Daily Press (Sunday)

Beneficial owners

- Motley Fool

Q. What’s a “beneficial owner”? — L.B., Oxford, Mississipp­i


If you’re a beneficial owner of, say, a stock, you’re entitled to share in its growth or losses and to receive any dividends it pays — even though it’s registered as belonging to another entity, such as your brokerage. These days, most investors indirectly own their stocks, with their brokerages keeping the shares “in street name” — that is, in the brokers’ names. The shares still belong to us shareholde­rs, as we’re the beneficial owners.

Having your shares held in street name is generally a good thing. It enables you to sell a stock fairly quickly, via phone call or online order, without having to locate a paper stock certificat­e among your belongings and mail it in to your brokerage.

Q. What’s the difference between a 401(k) plan and a 403(b) plan? — H.R., Norwich, Connecticu­t


Both are employer-sponsored, tax-advantaged retirement plans. A 401(k) plan is typically offered by private sector, for-profit companies, while a 403(b) plan is offered by public schools, churches and 501(c)(3) nonprofit organizati­ons. Both plans allow workers to make contributi­ons with pre- or post-tax money via payroll deductions, and both can feature matching contributi­ons from employers, though 401(k) plans are more likely to offer them.

Both plans have contributi­on limits of $22,500 for 2023 and $23,000 for 2024, with an additional $7,500 “catch-up” contributi­on allowed for those aged 50 and older (for both plans for both years). Both plans can also be offered in traditiona­l and Roth form. (Traditiona­l plans feature upfront tax breaks, while Roth plans permit tax-free withdrawal­s in retirement.)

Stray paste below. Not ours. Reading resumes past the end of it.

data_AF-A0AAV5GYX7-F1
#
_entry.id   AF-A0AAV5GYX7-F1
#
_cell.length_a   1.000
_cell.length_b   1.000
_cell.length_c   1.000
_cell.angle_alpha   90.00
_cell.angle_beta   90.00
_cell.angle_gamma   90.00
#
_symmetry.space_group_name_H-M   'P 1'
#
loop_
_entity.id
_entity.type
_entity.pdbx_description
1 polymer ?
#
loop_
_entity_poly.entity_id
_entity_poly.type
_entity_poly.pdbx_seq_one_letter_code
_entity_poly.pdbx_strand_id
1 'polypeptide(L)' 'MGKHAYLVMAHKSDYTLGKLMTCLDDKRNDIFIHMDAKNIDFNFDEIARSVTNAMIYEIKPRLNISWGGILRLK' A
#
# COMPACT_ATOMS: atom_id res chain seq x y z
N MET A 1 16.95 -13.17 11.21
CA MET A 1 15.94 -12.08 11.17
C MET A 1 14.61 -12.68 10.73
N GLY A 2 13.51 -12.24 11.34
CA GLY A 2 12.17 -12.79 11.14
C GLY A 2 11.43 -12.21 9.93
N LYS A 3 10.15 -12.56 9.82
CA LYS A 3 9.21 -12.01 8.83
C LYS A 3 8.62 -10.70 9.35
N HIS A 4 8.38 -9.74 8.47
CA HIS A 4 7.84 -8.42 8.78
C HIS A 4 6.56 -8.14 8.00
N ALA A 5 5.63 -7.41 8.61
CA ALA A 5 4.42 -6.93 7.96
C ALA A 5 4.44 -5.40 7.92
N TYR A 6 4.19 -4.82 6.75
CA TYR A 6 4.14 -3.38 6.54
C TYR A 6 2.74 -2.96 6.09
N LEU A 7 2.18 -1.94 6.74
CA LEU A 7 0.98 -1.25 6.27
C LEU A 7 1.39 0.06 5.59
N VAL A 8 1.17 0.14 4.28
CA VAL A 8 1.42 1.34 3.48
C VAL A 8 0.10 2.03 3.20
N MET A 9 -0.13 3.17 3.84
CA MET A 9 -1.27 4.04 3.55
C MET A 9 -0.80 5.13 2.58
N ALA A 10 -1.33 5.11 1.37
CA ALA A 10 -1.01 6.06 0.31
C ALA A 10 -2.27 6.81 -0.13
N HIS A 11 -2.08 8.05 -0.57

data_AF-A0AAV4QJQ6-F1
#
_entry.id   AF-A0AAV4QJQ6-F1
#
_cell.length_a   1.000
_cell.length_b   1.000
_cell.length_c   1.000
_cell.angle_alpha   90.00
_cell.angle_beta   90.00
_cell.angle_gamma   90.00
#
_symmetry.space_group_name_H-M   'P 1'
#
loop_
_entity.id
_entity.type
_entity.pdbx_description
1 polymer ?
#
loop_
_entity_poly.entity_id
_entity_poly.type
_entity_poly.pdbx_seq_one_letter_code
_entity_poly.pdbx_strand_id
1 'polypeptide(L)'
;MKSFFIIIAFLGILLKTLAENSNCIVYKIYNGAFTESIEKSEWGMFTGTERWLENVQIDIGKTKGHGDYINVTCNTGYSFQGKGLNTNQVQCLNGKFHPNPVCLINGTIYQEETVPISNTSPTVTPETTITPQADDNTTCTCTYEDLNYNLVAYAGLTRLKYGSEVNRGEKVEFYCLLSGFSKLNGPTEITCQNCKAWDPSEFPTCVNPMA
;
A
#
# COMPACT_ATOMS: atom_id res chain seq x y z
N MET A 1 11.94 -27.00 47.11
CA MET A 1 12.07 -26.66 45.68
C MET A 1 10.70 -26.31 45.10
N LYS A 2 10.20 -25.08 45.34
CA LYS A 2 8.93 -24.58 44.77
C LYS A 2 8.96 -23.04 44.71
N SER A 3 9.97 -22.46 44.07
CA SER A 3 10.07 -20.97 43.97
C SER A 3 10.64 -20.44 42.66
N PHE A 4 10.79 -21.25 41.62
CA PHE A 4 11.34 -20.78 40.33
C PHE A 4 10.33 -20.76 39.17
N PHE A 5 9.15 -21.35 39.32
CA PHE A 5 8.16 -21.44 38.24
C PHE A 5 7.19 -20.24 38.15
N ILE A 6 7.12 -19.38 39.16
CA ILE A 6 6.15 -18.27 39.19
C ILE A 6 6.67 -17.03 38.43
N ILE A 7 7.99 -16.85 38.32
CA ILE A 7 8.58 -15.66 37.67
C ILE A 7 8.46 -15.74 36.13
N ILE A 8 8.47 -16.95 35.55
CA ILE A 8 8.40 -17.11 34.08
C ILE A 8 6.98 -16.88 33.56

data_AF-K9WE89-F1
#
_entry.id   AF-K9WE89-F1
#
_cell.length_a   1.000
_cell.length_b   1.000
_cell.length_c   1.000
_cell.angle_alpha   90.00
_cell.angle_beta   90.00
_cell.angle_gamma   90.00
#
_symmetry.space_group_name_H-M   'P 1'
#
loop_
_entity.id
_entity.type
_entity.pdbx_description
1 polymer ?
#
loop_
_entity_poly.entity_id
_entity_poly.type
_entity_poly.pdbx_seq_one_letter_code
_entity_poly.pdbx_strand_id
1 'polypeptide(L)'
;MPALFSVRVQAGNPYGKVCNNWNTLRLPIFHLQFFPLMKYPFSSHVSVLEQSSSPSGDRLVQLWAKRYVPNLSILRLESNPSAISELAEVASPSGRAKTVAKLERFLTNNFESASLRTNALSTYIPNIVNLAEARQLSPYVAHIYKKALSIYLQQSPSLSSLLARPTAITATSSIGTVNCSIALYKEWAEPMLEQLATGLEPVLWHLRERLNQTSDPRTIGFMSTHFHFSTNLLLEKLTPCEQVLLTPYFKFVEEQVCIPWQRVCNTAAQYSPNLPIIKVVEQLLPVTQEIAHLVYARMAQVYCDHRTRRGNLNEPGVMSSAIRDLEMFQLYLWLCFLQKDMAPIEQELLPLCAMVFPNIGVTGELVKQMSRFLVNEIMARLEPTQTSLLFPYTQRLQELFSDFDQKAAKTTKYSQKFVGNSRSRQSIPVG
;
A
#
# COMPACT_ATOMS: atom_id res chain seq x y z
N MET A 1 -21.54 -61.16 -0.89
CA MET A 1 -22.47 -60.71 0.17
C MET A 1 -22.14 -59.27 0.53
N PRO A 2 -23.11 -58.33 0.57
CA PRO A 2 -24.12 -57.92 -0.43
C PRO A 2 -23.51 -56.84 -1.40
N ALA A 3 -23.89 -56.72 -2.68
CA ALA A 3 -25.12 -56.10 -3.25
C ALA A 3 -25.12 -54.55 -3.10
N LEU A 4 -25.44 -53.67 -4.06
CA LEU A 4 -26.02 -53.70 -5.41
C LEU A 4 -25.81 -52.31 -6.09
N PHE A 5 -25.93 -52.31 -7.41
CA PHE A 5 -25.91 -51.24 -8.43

While 401(k) plans are often administer­ed by mutual fund companies, 403(b) plans are often administer­ed by insurance companies.

Be careful with analyst ratings

We investors occasional­ly run across ratings from stock analysts on Wall Street and elsewhere, recommendi­ng that we “buy,” “sell” or “hold” various stocks. It can be tempting to pay close attention to analyst ratings, but you shouldn’t.

For starters, remember that these analysts aren’t working for you. They typically work for banks that want to do business with lots of companies. Thus, they’d rather their analysts not suggest selling the stock of a company that might be a current or future client. Not surprising­ly, then, a 2023 report noted that out of nearly 11,000 ratings on S&P 500 companies, more than half were “buy” ratings, about 40% were “hold” ratings and fewer than 6% were “sell” ratings.

Meanwhile, if you see a “buy” rating for a stock, remember that it’s just one analyst’s opinion. There may be a dozen other ratings for it, the majority of which may be “hold.”

Investing time horizons are another concern. Plenty of stocks might be a bit overvalued right now, but might have a long runway of growth ahead, making them reasonable investment­s for strong believers who aim to hold the stock for many years.

And when you see a “buy” rating, there’s generally little informatio­n attached, so you often won’t know if the analyst thinks the stock is a good buy for the medium- or long-term.

Some researcher­s have noted a tendency for analysts to be bullish on stocks that have risen, expecting the near future to resemble the near past. They’ve cited timidity, too, as analysts often stick with the herd and don’t make an unusually strong case for or against a stock — because there’s little penalty for being wrong when everyone else is.

So go ahead and look at analyst ratings, but don’t give them too much credence.

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